DevTools produces code like the following:

fetch("", {
  "credentials": "omit",
  "headers": {},
  "referrer": "",
  "referrerPolicy": "no-referrer-when-downgrade",
  "body": null,
  "method": "GET",
  "mode": "cors"

Audits panel updates

New audits

The Audits panel has 2 new audits, including:

  • Preload key requests. Preloading requests can speed up page load time by giving hints to the browser to download resources that are important for your Critical Rendering Path as soon as possible.
  • Avoid invisible text while webfonts are loading. Ensuring that text is visible while webfonts load makes the page more useful to users faster.

New configuration options

You can now configure the Audits panel to:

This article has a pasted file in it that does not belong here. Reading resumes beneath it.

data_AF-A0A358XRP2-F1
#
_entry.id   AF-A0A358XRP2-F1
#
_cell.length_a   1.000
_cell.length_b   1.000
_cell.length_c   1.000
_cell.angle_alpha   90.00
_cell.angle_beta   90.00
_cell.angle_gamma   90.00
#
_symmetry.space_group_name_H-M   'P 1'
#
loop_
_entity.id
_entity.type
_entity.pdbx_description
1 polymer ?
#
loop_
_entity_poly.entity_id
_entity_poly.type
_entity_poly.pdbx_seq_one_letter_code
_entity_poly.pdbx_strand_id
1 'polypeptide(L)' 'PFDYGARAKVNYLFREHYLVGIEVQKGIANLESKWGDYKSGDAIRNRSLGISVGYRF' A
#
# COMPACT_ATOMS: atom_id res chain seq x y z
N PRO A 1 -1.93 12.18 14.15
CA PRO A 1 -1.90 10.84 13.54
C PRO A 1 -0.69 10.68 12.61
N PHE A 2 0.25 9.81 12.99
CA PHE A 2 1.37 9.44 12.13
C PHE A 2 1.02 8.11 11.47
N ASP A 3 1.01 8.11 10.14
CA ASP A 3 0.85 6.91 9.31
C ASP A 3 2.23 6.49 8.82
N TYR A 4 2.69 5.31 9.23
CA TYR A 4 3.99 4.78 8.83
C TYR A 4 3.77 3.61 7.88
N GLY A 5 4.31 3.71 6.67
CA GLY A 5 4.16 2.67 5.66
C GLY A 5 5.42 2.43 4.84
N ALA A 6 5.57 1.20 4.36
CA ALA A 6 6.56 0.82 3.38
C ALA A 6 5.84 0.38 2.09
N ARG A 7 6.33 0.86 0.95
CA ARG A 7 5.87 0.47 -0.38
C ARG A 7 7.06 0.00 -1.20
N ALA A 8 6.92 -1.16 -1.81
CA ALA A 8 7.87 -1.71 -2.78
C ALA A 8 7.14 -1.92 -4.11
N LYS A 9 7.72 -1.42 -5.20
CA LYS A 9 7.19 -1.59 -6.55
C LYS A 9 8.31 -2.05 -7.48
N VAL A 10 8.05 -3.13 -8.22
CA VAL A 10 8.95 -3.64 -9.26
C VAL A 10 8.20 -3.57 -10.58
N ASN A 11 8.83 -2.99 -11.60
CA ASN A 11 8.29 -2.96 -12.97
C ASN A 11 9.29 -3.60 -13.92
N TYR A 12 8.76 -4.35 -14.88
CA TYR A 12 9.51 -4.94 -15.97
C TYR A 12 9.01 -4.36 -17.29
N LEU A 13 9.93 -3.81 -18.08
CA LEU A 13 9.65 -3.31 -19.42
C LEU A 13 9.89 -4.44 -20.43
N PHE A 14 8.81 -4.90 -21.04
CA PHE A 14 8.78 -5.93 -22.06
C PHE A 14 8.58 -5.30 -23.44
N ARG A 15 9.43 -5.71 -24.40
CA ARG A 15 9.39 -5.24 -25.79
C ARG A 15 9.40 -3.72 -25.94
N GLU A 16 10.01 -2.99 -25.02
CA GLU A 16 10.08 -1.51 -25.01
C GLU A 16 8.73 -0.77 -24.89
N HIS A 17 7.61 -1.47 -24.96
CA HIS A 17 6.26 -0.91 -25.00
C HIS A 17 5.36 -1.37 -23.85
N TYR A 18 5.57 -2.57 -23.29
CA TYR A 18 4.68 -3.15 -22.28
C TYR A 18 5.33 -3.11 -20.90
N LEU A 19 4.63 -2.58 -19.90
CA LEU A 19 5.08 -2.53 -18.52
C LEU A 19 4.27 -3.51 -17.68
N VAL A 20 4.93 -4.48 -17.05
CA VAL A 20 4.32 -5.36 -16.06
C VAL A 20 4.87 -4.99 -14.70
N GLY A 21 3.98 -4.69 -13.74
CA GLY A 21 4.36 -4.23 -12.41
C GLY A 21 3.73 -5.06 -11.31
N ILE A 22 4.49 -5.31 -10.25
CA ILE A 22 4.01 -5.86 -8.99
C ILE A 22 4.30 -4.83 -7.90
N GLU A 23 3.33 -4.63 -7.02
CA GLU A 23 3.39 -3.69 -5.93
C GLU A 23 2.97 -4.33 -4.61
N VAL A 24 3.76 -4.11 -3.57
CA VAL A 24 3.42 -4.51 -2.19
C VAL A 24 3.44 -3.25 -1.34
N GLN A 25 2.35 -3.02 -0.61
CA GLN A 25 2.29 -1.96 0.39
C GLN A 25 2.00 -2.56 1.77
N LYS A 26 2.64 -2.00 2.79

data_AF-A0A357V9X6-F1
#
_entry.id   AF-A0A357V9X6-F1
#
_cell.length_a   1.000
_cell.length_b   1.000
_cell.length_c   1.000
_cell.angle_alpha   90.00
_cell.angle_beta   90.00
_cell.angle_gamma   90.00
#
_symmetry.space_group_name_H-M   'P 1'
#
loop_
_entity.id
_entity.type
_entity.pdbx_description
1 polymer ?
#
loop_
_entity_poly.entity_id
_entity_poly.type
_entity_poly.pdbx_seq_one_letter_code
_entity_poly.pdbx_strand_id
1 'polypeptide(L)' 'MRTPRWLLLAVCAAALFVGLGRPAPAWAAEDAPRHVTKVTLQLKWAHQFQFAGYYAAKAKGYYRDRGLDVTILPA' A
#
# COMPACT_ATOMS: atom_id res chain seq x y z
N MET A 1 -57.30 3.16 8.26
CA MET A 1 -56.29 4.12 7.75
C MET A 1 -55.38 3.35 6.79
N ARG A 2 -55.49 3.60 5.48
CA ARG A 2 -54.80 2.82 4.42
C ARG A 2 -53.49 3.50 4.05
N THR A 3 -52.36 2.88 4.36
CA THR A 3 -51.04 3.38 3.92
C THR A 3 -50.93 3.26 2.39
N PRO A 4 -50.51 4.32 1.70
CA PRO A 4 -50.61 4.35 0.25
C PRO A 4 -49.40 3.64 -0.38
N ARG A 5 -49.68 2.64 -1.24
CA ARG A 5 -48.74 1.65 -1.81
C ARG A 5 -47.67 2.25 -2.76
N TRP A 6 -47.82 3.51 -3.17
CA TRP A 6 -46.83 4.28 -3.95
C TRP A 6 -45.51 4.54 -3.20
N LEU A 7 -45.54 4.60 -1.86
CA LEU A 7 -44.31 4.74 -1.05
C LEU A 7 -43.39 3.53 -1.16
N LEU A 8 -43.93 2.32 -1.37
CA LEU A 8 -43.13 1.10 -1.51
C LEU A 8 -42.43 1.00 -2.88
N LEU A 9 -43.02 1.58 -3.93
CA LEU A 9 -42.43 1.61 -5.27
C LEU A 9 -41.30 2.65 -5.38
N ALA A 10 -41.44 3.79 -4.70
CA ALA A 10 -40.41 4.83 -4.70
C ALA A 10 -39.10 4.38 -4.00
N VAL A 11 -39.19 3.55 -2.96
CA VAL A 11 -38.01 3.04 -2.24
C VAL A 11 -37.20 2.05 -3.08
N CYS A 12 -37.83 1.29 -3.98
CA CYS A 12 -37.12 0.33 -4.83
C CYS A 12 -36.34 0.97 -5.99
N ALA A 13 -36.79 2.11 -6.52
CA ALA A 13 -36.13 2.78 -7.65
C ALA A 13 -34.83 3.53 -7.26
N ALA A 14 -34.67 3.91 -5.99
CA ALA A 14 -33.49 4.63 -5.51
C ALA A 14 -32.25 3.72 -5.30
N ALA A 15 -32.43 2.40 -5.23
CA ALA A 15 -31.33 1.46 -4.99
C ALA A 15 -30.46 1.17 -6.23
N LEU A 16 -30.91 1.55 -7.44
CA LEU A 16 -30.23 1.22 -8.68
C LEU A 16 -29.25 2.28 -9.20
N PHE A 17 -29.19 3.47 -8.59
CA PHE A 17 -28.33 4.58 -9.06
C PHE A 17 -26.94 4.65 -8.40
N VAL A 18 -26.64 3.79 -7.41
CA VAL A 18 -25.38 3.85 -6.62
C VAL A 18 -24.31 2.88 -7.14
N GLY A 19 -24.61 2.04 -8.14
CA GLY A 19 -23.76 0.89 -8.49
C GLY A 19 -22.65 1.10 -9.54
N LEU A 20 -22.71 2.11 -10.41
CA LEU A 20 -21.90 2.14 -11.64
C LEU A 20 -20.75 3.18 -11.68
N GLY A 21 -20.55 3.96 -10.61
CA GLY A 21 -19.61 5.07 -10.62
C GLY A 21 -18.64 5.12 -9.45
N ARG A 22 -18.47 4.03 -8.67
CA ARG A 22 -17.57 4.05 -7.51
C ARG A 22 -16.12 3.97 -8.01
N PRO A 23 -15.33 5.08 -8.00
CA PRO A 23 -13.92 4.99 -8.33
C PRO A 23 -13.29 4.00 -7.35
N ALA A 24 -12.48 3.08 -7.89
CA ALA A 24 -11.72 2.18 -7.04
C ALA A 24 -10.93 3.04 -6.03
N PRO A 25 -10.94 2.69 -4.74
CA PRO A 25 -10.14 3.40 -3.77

• Preserve desktop viewport and user agent settings. In other words, you can prevent the Audits panel from simulating a mobile device.
  • Disable network and CPU throttling.
  • Preserve storage, such as LocalStorage and IndexedDB, across audits.
New audit configuration options.
Figure 6. New audit configuration options

View traces

After auditing a page, click View Trace to view the load performance data that your audit is based off of in the Performance panel.

The View Trace button.
Figure 7. The View Trace button

Stop infinite loops

If you work with for loops, do...while loops, or recursion a lot, you've probably executed an infinite loop by mistake while developing your site. To stop the infinite loop, you can now:

  1. Open the Sources panel.
  2. Click Pause Pause. The button changes to Resume Script Execution Resume.
  3. Hold Resume Script Execution Resume then select Stop Current JavaScript Call Stop.

In the video above, the clock is being updated via a setInterval() timer. Clicking Start Infinite Loop runs a do...while loop that never stops. The interval resumes because it wasn't running when Stop Current JavaScript Call Stop was selected.

User Timing in the Performance tabs